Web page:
Cut air quality indices down to 1: experts
Having two air quality indices may easily cause confusion, or even lead to panic among the public, and should be revised to one, claimed experts at a seminar yesterday.
The seminar was hosted by the Contemporary Taiwan Development Foundation (CTDF,
) and Taiwan Medical Alliance for the Control of Tobacco (TMACT, ).
The CTDF and TMACT invited four experts from the U.S. for a seminar, targeting PM2.5’s (
) current impact on Taiwan’s air quality. PM2.5 refers to tiny particles made up of chemical aerosols and solid matter that can penetrate deep inside the lungs, and affect respiratory and cardiovascular health.
At the seminar yesterday, experts said that Taiwan’s Environmental Protection Administration (EPA, ) has developed two air quality indices. One was developed based on U.S. standards and is named the Pollutant Standard Index ( PSI, ) . The other, called the PM2.5 index, was based on the UK’s Air Quality Index.
the CTDF and TMACT, when the two standards are used together, they can confuse the public. Moreover, they claimed that when using the UK standard, the EPA may be overstating the poor quality of air conditions, causing unnecessary public worry.
Taiwan Air Quality Closer Match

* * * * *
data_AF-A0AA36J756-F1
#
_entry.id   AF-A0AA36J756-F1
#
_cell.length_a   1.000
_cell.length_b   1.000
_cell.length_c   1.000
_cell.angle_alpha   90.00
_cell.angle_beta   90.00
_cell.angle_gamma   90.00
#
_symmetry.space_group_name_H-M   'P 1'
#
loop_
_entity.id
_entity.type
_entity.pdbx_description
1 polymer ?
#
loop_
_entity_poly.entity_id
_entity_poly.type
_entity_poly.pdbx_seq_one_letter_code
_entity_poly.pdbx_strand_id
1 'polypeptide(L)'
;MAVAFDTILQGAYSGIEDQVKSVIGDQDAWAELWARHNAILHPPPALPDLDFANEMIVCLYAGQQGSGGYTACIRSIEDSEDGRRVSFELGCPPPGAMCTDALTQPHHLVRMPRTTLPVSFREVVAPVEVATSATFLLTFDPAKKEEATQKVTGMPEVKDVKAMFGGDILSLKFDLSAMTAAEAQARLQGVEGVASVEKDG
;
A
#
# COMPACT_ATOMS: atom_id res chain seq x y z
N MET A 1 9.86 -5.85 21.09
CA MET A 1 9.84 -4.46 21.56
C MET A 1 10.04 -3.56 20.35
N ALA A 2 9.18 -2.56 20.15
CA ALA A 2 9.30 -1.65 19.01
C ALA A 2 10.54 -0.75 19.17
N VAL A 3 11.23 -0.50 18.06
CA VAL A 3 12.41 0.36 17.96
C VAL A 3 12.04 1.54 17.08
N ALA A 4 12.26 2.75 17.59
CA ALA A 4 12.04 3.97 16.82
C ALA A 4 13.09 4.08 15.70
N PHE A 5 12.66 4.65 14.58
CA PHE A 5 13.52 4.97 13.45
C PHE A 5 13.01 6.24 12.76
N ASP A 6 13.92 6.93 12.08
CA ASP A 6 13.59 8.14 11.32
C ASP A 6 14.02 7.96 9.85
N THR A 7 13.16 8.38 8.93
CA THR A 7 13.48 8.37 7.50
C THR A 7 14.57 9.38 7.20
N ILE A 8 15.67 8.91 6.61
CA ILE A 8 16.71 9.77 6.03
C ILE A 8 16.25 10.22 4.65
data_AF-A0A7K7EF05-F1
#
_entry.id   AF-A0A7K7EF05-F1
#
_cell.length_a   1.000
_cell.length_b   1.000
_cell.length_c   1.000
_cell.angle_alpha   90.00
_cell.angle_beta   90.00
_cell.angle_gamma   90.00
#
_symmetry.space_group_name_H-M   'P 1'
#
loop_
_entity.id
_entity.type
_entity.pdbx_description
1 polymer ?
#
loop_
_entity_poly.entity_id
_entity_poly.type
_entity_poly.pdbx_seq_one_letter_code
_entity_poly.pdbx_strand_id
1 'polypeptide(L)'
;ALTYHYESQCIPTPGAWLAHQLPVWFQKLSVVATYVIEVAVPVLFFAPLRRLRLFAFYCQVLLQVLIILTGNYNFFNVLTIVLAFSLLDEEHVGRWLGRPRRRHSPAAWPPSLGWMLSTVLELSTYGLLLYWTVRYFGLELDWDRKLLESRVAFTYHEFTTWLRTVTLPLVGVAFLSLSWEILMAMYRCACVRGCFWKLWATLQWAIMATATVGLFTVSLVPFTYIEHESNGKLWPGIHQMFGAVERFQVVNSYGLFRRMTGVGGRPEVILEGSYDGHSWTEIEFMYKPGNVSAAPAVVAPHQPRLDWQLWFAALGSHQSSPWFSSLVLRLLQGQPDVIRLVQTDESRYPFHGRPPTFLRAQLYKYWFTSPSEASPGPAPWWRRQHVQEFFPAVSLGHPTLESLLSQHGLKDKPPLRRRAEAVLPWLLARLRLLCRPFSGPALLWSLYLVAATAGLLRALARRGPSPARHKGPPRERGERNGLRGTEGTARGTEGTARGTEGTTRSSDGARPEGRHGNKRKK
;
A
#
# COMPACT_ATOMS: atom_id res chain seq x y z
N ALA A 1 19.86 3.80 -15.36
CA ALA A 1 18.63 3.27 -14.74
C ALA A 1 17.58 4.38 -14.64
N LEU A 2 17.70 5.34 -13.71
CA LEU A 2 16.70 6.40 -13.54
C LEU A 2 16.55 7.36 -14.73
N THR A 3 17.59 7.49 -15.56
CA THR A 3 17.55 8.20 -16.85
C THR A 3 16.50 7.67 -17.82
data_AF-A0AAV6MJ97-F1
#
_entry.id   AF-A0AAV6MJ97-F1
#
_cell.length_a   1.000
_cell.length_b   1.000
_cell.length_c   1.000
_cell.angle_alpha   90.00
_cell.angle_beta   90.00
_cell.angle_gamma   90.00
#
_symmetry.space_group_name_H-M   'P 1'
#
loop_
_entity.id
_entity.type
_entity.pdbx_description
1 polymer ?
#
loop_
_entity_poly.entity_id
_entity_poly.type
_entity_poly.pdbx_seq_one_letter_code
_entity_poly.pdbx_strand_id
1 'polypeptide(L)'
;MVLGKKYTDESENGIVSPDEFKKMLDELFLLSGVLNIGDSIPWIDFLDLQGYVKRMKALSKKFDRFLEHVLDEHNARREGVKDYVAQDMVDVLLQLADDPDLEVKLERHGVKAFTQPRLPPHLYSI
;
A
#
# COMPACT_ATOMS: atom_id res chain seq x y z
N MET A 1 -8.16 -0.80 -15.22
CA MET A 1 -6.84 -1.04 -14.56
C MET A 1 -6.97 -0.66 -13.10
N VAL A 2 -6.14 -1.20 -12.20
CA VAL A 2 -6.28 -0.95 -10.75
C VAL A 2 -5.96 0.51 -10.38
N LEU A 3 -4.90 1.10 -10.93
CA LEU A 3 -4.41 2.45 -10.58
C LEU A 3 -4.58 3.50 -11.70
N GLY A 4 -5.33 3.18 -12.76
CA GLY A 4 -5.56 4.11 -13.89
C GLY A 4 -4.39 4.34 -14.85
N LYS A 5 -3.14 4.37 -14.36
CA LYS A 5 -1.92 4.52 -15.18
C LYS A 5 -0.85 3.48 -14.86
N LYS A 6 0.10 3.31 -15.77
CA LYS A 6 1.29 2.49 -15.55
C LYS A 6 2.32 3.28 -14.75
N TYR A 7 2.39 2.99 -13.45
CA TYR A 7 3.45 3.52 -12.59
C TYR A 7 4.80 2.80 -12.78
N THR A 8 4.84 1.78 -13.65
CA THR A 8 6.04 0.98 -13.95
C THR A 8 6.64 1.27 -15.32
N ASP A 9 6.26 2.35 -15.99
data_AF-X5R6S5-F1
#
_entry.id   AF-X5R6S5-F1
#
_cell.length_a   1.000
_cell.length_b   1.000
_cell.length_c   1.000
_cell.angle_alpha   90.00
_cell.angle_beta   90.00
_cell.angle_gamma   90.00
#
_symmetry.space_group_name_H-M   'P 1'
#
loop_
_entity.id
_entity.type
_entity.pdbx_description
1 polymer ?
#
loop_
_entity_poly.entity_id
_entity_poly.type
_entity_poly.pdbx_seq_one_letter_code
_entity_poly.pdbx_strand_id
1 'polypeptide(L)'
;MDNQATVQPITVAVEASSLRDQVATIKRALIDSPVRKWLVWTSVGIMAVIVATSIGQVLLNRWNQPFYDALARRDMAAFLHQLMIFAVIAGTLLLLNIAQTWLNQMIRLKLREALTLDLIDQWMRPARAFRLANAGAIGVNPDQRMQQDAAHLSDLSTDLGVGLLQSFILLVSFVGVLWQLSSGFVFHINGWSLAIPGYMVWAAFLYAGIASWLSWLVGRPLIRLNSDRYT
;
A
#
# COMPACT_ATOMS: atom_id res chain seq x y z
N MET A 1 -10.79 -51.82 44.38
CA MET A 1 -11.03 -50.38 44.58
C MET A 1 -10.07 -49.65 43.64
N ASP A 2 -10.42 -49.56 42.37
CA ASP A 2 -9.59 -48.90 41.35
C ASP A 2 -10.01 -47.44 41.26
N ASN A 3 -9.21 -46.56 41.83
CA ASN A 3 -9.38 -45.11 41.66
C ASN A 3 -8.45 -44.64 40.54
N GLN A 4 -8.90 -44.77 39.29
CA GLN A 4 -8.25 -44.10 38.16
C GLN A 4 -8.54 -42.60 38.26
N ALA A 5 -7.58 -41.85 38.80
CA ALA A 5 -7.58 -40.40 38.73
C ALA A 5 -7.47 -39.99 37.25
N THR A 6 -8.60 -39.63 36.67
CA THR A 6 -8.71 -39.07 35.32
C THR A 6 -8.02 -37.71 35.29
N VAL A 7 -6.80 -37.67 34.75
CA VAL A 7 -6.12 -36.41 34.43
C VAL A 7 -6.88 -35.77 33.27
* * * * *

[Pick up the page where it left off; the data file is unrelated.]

to the UK’s: EPA
The EPA responded that an air quality index is a method used by government agencies to communicate to the public how polluted the air currently is or how polluted it is forecast to become. Different countries have their own air quali- ty indices, corresponding to different national air quality standards. In this case, Taiwan’s air quality is closer to that of the UK, which is why they use the UK standard when formulating Taiwan’s PM2.5 index.
Air quality index values are typically grouped into ranges. Each range is assigned a descriptor, a color code and a standardized public health warning. According to the EPA, the air quality reaches a dangerous code purple at over 71 micrograms of PM2.5 per cubic meter in the UK, while it requires over 250 for the U.S. standard.
“It is not possible for Taiwan’s air quality to reach 250 micrograms of PM2.5 per cubic meter,” said an official of the EPA. “If we adopt the U.S. standard the guideline will fail to function or warn the public as it will constantly suggest that air quality is at the level of moderate or good.”
Modify the US Standard for
In response, the CTDF and TMACT called upon the EPA to unify Taiwan’s current air quality indices in line with the U.S. standard with reasonable adjustments and thorough explanation.